Let's face it — salary negotiations are difficult. It's incredibly intimidating, but we encourage you to stand your ground and know your value to the company, unlike this person in the "antiwork" subreddit who fell into a trap and essentially agreed to take a company's initial (and extremely low) offer.
The original poster, who goes by the handle u/DrillingShale, revealed he feels "low-balled" because, during a phone interview, a recruiter asked for the lowest salary they'd be willing to take for a job.
Read on for more details. Plus, stick around to hear what the internet has to say.
A recruiter asked an applicant the lowest salary they'd be willing to accept.
"This was like, the second or third question in the initial phone screen," the OP wrote, adding, "They asked me word for word, 'What is the lowest pay you would be willing to take for this position?'"
Sadly, it seems the OP doesn't know any basic salary negotiation tips because he gave the recruiter a number — and it just so happens to be the company's starting base pay. Wow, what a weird coincidence (not). Well, good luck to the OP because the firm likely won't offer him anything higher.
In the end, the OP said he was going to meet with the recruiter again soon and was planning on asking them, "What's the highest amount of compensation you are willing to pay for this position?"
Unfortunately, we don't think that'll go too well, and it seems the OP doesn't have much faith either because he asked if the recruiter was "purposefully trying to low-ball" him (the answer is yes, by the way).
Many took to the comments to share their thoughts on the OP's situation and on salary negotiation tactics.
"Standard practice by recruiters," one Redditor said. "What you do is think of the number that would make you dance if you got it, and tell them that is the minimum you would accept."
A second Reddit user boldly claimed that all recruiters are "disgusting," adding, "I remember once [when] a question was literally, 'What is the minimum amount you need to survive? They weren't even hiding the fact that they plan on giving you the bare minimum for the privilege of working for a company."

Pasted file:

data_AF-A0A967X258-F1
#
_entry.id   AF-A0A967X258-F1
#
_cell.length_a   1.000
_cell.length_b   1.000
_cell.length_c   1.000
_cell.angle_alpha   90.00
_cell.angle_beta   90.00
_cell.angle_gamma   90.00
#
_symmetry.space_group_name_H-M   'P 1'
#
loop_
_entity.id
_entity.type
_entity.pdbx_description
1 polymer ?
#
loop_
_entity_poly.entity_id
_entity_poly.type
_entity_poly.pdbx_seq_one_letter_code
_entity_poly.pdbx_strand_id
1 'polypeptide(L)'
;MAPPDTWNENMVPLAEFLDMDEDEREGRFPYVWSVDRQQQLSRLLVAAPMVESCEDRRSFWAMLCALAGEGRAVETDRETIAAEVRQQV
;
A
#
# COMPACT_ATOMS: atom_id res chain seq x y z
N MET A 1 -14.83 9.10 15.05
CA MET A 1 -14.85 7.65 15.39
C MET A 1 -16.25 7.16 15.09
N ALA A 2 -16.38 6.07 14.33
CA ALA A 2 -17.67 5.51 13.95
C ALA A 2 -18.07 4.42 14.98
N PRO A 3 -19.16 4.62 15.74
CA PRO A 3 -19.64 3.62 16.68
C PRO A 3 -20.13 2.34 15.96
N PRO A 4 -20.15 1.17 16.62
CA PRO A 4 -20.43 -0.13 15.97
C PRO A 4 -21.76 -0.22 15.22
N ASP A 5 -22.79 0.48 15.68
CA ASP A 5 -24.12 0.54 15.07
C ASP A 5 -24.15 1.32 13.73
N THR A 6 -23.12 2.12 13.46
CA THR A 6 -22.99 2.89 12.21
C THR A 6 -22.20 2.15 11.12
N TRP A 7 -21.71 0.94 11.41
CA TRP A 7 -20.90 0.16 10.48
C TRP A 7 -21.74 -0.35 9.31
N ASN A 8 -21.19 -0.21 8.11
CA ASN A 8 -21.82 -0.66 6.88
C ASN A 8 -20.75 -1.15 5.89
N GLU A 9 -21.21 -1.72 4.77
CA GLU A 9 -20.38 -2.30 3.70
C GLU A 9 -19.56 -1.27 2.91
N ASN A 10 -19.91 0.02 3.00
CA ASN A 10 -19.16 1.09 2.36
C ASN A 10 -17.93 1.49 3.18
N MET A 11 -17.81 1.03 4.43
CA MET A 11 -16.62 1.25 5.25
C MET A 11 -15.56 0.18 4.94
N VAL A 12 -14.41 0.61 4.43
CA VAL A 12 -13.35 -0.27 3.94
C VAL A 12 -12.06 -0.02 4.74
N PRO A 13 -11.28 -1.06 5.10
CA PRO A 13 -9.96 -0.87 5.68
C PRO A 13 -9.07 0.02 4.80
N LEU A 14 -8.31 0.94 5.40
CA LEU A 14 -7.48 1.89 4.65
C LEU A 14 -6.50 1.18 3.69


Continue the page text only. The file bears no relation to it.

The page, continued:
As expected, several fellow Redditors agreed that the OP made the biggest mistake which, as we said before, was giving the recruiter a number (We are still annoyed that he did this!)
"You done messed up. Always go in with a high number, stating that that is what you'd expect given your education and experience," someone said. "If they don't like that, tell them that you're not willing to change jobs for a pay cut."
Another penned, "It's what they said.. If you said 2,000.. They would've said it's the starting base pay. If you said 1,000, they would've said it's the standard starting pay.. If you said 500, they would've said.. Well, you get it."
"Seems a little convenient that the number you shot out was exactly what they pay, no?" a third person wondered. "I bet the real number was a lot higher..." Very, very true.
"You f----- up by giving them a number," a Reddit user commented. "They'll not go up from there."
The OP foolishly replied, "They said it was their starting base pay, so I'm assuming that it's only up though.'
He was met with a truthful response: "They're not going to offer you a contract higher than your lowest number you gave them. You've told them what you'll accept. That's what they’ll offer. You might get a 2 percent raise every other year going on but that'll be it."